Status Cards and Your Business

Status Card
Over $52 million in spending from First Nations impacts the Thunder Bay economy

THUNDER BAY – Business – Do you have people coming to your business using Status Cards? In Thunder Bay, millions of dollars are spend by people who possess Status Cards. The card allows the person making a purchase in your business to not pay the provincial sales tax.

Nishnawbe-Aski Nation (NAN) recently completed a report on the Economic impact of First Nations spending in Thunder Bay. “We were amazed when we began to add up how much money is contributed to the economy by First Nations, First Nation businesses and organizations,” said NAN Deputy Grand Chief Goyce Kakegamic.

The real figures when you include individual customers is massive. Millions and millions of dollars are spend in our community every year by First Nations residents and visitors. Treating customers with respect only makes sense.

Status Cards and Your Customers

Yet in many businesses, and in particular in retail businesses, far too often customers get treated badly for using their Status Card in many instances.  For business owners, often it is likely not noted by managers, but many people experience clerks rolling their eyes, or making a customer spending money in the business feel uncomfortable. Likely in many cases, the opportunity for repeat business can be lost. That is costing your business sales, and costing your business its hard earned reputation.

Reportedly the Thunder Bay Chamber of Commerce are looking into an education program on this, it would be a welcome addition to the Chambers tools to help business.

For business owners, the reality is simple, if your clerks or staff are making a person spending money in your business uncomfortable, it is going to impact your business. Treating all customers with respect will help boost the reputation of your business, and in today’s ever connected world with Twitter, Facebook and other social media, the potential damage an uniformed clerk or staff member could be doing to your business should be a concern.

Data was collected on office expenditures, property taxes, payroll, meetings and conferences, travel expenses as well as education expenses for NAN First Nations students attending school in Thunder Bay. The findings are preliminary, but data pending from 13 more organizations and the retail sector is expected to boost the total financial contribution to as much as $100 million annually.

“The truth is we are major economic contributors to the economy,” said Kakegamic, who plans to continue gathering data on a quarterly basis. “First Nation organizations offer a variety of professional services and hold numerous meetings, conferences and cultural events that support the economies of urban centres.”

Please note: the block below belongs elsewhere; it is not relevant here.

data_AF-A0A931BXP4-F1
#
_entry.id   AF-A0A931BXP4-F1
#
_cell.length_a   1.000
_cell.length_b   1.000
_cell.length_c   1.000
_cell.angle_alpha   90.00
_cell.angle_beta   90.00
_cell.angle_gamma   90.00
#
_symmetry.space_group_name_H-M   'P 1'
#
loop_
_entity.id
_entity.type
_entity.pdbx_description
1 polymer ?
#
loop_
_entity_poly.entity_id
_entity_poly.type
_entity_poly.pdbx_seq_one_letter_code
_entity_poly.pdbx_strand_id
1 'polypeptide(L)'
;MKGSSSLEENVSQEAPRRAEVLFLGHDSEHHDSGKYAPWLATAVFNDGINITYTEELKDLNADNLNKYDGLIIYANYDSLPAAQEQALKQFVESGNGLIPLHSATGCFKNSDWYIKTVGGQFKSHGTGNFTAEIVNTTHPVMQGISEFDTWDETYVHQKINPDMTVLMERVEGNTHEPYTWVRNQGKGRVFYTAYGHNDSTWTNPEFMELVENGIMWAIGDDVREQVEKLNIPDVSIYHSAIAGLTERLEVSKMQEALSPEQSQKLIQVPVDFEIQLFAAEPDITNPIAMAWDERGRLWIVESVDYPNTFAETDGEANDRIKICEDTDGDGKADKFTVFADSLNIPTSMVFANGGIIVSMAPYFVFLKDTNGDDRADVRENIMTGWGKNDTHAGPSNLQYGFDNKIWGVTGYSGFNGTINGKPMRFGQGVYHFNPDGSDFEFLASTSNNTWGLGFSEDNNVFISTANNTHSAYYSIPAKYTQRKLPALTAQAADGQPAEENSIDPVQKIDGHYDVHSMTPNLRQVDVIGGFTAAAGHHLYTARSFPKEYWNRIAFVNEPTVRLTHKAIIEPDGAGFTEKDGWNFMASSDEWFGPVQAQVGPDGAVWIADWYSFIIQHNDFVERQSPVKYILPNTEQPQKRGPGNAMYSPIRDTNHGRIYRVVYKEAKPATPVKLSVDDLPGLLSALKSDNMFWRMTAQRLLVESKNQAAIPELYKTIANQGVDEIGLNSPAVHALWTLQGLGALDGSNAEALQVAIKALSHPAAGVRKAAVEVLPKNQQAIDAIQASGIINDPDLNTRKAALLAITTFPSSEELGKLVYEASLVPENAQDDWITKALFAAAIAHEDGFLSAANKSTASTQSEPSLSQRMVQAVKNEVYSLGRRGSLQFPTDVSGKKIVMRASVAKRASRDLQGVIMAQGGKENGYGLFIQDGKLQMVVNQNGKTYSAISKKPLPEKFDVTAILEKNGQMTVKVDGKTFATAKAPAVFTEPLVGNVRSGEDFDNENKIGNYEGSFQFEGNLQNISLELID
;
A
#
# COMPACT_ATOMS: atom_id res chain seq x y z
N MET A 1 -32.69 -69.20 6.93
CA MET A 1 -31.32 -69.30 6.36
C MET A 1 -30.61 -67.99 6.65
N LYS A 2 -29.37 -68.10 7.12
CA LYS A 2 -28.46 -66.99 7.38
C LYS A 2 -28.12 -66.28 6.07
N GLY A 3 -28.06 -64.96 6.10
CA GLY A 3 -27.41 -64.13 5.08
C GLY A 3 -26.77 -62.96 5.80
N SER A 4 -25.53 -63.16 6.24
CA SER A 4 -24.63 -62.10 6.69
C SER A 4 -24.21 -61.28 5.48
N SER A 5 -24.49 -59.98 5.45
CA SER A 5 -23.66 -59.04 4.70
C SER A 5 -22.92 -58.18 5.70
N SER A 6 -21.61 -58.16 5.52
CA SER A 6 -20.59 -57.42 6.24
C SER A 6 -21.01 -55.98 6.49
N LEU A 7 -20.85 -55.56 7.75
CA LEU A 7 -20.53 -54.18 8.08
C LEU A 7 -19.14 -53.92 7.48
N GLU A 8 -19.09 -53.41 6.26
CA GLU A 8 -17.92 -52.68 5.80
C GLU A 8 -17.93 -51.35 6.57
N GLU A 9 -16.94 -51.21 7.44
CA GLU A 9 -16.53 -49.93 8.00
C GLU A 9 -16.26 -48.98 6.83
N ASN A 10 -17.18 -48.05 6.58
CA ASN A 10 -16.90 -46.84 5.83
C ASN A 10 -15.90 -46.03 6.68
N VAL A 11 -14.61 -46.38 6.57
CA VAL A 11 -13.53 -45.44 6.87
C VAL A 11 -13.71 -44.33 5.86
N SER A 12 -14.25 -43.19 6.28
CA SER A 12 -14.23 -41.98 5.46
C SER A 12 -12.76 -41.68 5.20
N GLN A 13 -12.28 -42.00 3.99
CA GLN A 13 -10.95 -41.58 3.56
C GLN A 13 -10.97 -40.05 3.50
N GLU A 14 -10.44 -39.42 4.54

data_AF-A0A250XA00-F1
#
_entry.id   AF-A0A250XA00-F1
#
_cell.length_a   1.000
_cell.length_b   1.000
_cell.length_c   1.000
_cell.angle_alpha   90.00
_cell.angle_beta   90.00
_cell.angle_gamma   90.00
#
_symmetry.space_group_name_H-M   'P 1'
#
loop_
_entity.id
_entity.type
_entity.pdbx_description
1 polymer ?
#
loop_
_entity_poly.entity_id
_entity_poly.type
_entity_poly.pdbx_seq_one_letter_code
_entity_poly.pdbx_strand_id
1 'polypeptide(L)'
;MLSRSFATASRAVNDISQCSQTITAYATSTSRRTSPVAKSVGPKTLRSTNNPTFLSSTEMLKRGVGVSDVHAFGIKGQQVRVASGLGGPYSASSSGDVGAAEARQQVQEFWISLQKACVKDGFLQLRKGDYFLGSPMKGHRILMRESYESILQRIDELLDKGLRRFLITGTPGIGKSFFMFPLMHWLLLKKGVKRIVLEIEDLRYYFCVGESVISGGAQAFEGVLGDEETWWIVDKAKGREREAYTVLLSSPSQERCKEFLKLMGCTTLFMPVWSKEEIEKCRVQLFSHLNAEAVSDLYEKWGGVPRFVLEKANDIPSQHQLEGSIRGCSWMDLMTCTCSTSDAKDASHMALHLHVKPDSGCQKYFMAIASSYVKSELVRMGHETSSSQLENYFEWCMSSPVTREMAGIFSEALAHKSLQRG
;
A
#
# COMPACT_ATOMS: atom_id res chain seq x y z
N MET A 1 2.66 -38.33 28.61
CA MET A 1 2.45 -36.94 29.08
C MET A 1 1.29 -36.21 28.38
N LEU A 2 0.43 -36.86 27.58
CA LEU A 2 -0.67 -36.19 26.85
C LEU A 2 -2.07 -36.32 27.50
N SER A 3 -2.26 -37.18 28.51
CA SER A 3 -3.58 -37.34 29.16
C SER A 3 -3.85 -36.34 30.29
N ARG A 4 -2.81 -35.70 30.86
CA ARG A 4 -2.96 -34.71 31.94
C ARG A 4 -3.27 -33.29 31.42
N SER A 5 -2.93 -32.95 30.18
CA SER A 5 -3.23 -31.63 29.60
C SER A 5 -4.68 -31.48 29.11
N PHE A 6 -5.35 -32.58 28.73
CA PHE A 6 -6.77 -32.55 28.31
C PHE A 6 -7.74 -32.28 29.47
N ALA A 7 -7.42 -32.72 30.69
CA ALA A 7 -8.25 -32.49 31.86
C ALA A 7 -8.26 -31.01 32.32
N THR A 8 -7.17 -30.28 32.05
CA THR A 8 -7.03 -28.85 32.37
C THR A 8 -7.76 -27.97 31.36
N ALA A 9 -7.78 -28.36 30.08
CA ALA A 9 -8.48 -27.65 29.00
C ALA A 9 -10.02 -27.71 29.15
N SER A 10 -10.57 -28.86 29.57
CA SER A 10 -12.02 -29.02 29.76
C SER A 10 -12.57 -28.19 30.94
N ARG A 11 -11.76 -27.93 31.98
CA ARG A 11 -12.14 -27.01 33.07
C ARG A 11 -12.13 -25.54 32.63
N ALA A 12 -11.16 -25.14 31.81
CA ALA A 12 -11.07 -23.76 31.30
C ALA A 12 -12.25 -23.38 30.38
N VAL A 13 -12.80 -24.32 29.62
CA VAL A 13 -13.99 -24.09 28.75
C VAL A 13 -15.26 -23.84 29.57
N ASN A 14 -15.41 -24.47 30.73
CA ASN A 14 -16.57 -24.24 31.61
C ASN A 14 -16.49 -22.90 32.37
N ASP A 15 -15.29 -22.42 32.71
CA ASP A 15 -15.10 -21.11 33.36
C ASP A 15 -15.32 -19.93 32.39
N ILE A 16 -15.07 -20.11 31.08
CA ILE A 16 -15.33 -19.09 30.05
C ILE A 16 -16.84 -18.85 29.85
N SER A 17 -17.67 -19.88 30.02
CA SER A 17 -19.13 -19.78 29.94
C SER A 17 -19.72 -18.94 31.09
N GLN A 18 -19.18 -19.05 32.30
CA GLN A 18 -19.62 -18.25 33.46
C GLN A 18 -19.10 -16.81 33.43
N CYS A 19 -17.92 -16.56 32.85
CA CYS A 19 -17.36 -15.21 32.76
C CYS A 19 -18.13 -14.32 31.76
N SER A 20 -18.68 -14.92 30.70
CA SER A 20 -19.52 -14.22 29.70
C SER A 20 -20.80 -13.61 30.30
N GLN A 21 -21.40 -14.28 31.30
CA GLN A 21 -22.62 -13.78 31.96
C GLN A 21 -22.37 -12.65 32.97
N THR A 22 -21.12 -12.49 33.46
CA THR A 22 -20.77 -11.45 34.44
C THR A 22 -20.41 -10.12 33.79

Treating customers, standing in a line-up cash or debit card in hand with respect is a part of the customer service that each business likely aspires to. Putting in an education program to train staff is a great way to boost your business.

The moment it takes to record the information will likely pay off in increased customer goodwill and in more repeat sales.

Here is what you need to know: Ontario Sales Tax

Effective September 1, 2010, Status Indians may claim an exemption from paying the eight per cent Ontario component of the Harmonized Sales Tax (HST) on qualifying property or services at the point of sale. Qualifying property and services are described in Guide 80 – Ontario First Nations Point-of-Sale Exemptions. To receive the exemption, the Status Indian must present their “Certificate of Indian Status” identity card at the time of making a purchase.

The Ontario Government states:

“The point-of-sale exemption for Status Indians, Indian bands and councils of an Indian band will apply only to qualifying off-reserve acquisitions or importations of property or services that are for the personal consumption of the Status Indian or exclusively for consumption or use by the band or the council of the band.

“The Status Indian point-of-sale exemption will not apply where any other relief is available, such as:

  • when the purchaser is eligible for input tax credits for the HST payable (e.g., because the purchase is for use in the purchaser’s commercial activities);
  • in cases where the supply is already relieved of the HST because it is zero-rated (e.g., basic groceries) or exempt (e.g., certain health care services); or
  • when the property is a designated item that qualifies for an Ontario point-of-sale rebate for the Ontario component of the HST (e.g., children’s clothing, printed books).

“Effective September 1, 2010, vendors will provide a credit (exemption) at the time of sale of the eight per cent Ontario component of the HST for qualifying off-reserve property or services.

“Also effective September 1, 2010, the Canada Border Service Agency (CBSA) will credit the eight per cent Ontario component of the HST on qualifying goods imported by Ontario Status Indians, Indian bands and councils of Indian bands”.

For more information visit:

Read More: Mythbusting – Do Aboriginal People Pay Taxes?

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